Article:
You are viewing the SNL 2018 Archive Website. For the latest information, see the Current Website.

Poster E63, Saturday, August 18, 3:00 – 4:45 pm, Room 2000AB

The bilingualism effect on executive control: language production vs. language comprehension

Lu Jiao1, Cong Liu2, Baoguo Chen1;1Beijing Normal University, 2South China Normal University

There is a debate about the relationship between bilingualism and domain-general executive control (Bialystok, 2017; Paap et al., 2015). The dominant viewpoint proposed that bilingualism exerts a positive influence on executive control, and such bilingualism effect is closely related to the inhibitory control mechanism for language switching in bilinguals. However, supporting evidences for this viewpoint mostly come from language production studies, few study investigates the role of language comprehension on executive control in bilinguals. Although both languages are co-activation in both prodution and comprehension, language production and comprehension involve different language processes. Language comprehension involves bottom-up processes, whereas language production involves top-down processes. Our study conducted two ERPs studies to investigate and compare the bilingualism effect from language production and comprehension on executive control task. In study 1, we interleaved picture-naming task (i.e., language production task) with a nonverbal flanker task, and asked a group of Chinese-English bilingual to respond to both tasks. There were three blocks, i.e., L1 block, L2 block and mix block. There is no language switching in L1 block and L2 block, whereas in mixed block, the target language switched between L1 and L2. In each trial, participants firstly named the picture in target language, then performed the flanker task by pressing corresponding button. The ERP amplitude analyses for flanker task focused on P300 component. A repeated-measures ANOVA with the three within-subject factors congruency (congruent, incongruent), language (L1, L2, and mix), and brain region (frontal, fronto-central, central, and central-parietal). The results showed the mean amplitude in mix block was significantly smaller than L1 and L2 block in incongruent trials, whereas there was no difference among them in congruent trials. Study 2 followed the similar procedure as study 1, but replaced picture-naming task with visual picture-word matching task (i.e., language comprehension task). In this matching task, a picture accompanied with a written word appeared on the screen, and participants needed to judge and make an orally report. The mean amplitude results in study 2 showed that there was only a significant difference between mix block and L1 block in incongruent trials, consistent with the effect of language production, but no difference between mix block and L2 block. All these results indicated that both in language comprehension and in language production, bilingual context exerted an effect on executive control, especially in conflict resolution.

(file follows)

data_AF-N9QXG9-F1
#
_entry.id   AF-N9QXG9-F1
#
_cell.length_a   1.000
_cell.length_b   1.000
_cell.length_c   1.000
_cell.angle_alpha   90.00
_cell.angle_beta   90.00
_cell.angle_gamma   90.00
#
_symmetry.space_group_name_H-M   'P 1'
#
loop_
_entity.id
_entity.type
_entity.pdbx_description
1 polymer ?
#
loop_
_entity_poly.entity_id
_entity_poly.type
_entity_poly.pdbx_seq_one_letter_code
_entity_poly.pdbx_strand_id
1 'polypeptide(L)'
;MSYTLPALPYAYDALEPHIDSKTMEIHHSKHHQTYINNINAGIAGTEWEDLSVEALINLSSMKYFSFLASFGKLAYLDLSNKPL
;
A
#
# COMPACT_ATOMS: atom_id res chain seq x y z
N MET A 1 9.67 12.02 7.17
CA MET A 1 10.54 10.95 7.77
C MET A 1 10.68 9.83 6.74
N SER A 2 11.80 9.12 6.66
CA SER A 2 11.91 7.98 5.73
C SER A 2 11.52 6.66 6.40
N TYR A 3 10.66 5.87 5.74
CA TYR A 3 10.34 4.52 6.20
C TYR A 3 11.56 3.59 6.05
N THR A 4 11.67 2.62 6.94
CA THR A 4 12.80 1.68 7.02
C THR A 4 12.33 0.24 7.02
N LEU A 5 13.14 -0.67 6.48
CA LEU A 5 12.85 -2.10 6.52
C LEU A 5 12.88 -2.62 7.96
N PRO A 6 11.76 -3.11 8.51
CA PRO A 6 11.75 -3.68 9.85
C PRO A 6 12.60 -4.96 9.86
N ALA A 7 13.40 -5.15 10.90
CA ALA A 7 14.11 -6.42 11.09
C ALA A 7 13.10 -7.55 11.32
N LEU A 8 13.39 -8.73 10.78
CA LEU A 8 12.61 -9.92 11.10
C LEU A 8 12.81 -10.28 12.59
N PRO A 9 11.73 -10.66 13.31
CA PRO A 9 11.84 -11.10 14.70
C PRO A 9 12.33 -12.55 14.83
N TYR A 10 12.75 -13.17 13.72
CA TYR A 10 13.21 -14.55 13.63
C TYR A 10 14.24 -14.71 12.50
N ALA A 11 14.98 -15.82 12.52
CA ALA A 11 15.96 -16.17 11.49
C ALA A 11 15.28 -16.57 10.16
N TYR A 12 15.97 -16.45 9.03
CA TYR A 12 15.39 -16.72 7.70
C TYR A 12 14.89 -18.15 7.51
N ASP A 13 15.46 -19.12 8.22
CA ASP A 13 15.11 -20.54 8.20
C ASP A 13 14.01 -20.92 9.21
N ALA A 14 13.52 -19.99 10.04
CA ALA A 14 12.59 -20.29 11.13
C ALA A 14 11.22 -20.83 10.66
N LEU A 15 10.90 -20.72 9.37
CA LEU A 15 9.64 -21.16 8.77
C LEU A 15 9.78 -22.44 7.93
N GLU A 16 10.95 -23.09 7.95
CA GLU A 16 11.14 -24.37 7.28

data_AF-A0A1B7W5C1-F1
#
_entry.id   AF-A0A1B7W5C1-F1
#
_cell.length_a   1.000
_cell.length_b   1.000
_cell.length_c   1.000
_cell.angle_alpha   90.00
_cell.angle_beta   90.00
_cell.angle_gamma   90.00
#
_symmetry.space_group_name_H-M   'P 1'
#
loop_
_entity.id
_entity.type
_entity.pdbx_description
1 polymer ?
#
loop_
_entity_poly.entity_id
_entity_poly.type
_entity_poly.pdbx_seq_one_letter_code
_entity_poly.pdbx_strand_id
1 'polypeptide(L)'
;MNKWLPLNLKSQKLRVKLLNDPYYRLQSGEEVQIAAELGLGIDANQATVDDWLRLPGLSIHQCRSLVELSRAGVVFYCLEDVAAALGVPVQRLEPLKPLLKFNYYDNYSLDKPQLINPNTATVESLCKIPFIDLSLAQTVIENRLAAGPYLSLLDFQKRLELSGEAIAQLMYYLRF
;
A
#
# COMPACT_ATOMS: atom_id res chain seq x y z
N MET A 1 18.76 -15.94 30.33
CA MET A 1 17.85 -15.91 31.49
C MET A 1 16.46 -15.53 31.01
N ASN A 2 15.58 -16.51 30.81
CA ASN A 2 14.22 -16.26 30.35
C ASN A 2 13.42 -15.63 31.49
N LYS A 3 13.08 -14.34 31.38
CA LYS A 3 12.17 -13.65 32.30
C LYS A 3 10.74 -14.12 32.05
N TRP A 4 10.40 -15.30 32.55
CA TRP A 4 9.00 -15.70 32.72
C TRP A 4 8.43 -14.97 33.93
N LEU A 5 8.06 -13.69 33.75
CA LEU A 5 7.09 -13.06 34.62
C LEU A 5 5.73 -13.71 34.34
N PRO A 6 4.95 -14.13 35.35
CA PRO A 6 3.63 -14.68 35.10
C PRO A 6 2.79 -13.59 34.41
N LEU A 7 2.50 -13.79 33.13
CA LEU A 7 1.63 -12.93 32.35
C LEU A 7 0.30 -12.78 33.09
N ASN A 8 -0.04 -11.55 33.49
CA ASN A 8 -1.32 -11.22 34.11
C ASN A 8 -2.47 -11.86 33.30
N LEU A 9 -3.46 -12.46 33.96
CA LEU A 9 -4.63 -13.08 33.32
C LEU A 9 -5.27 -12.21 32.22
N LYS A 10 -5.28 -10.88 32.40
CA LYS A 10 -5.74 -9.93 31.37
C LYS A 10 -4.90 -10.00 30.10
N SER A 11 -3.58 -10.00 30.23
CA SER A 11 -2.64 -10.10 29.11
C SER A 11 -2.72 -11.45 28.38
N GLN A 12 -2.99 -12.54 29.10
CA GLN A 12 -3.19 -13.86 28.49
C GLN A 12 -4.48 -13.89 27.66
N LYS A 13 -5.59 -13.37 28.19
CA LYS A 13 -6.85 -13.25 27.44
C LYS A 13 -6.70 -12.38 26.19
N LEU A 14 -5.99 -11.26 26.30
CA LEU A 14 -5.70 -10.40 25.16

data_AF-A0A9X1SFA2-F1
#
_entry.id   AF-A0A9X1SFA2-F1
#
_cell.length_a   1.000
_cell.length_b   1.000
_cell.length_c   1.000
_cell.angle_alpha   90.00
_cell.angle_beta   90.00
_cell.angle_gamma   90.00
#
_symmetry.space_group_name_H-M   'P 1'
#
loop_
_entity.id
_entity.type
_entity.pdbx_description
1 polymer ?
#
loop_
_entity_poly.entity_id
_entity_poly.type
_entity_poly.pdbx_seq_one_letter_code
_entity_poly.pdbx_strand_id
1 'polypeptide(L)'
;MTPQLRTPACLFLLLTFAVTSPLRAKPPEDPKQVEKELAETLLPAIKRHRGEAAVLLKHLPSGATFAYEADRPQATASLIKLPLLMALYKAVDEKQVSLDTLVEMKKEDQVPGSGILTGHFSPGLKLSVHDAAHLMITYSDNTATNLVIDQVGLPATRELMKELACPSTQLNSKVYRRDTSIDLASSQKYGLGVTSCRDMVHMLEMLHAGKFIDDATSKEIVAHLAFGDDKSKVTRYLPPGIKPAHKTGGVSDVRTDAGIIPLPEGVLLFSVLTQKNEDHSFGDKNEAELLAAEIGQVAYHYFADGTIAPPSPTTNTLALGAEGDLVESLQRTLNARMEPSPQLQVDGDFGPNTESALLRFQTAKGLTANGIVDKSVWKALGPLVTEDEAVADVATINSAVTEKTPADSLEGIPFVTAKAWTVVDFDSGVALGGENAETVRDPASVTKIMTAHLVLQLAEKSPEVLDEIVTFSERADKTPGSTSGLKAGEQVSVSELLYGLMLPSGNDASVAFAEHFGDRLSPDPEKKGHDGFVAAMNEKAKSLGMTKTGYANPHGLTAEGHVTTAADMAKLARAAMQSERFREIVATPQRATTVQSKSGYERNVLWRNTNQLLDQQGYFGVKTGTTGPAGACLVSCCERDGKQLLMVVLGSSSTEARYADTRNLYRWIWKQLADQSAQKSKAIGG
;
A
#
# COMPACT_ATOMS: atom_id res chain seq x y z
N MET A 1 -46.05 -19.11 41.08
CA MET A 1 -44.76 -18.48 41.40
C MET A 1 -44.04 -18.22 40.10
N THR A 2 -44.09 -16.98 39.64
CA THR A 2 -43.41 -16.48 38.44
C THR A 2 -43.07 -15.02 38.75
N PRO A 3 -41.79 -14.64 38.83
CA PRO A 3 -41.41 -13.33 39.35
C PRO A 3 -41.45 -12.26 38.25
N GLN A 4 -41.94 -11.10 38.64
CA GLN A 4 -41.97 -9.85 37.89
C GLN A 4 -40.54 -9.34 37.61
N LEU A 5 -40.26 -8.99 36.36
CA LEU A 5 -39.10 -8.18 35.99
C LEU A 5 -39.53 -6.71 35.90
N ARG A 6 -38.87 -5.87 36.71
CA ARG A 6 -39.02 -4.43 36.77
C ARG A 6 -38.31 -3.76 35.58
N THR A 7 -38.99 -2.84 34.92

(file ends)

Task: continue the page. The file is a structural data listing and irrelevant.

Topic Area: Multilingualism